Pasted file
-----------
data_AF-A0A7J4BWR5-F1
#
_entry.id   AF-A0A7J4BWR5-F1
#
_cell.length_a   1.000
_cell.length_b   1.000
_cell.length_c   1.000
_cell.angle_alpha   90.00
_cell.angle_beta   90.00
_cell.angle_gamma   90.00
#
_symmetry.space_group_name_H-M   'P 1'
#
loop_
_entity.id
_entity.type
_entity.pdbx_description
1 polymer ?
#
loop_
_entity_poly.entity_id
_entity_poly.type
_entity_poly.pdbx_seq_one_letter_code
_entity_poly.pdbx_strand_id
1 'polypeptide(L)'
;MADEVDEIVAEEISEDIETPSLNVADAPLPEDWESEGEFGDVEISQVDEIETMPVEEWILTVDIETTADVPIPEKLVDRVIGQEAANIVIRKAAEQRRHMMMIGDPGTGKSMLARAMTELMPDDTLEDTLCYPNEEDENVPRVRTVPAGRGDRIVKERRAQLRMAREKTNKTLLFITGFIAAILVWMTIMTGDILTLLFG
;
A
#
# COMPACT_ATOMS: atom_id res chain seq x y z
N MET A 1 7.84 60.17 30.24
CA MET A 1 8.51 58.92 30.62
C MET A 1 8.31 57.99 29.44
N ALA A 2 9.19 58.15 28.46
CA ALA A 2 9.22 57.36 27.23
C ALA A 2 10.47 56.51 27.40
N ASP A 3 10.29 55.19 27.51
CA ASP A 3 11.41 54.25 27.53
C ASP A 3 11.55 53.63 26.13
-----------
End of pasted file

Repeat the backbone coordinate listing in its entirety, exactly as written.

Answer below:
data_AF-A0A7J4BWR5-F1
#
_entry.id   AF-A0A7J4BWR5-F1
#
_cell.length_a   1.000
_cell.length_b   1.000
_cell.length_c   1.000
_cell.angle_alpha   90.00
_cell.angle_beta   90.00
_cell.angle_gamma   90.00
#
_symmetry.space_group_name_H-M   'P 1'
#
loop_
_entity.id
_entity.type
_entity.pdbx_description
1 polymer ?
#
loop_
_entity_poly.entity_id
_entity_poly.type
_entity_poly.pdbx_seq_one_letter_code
_entity_poly.pdbx_strand_id
1 'polypeptide(L)'
;MADEVDEIVAEEISEDIETPSLNVADAPLPEDWESEGEFGDVEISQVDEIETMPVEEWILTVDIETTADVPIPEKLVDRVIGQEAANIVIRKAAEQRRHMMMIGDPGTGKSMLARAMTELMPDDTLEDTLCYPNEEDENVPRVRTVPAGRGDRIVKERRAQLRMAREKTNKTLLFITGFIAAILVWMTIMTGDILTLLFG
;
A
#
# COMPACT_ATOMS: atom_id res chain seq x y z
N MET A 1 7.84 60.17 30.24
CA MET A 1 8.51 58.92 30.62
C MET A 1 8.31 57.99 29.44
N ALA A 2 9.19 58.15 28.46
CA ALA A 2 9.22 57.36 27.23
C ALA A 2 10.47 56.51 27.40
N ASP A 3 10.29 55.19 27.51
CA ASP A 3 11.41 54.25 27.53
C ASP A 3 11.55 53.63 26.13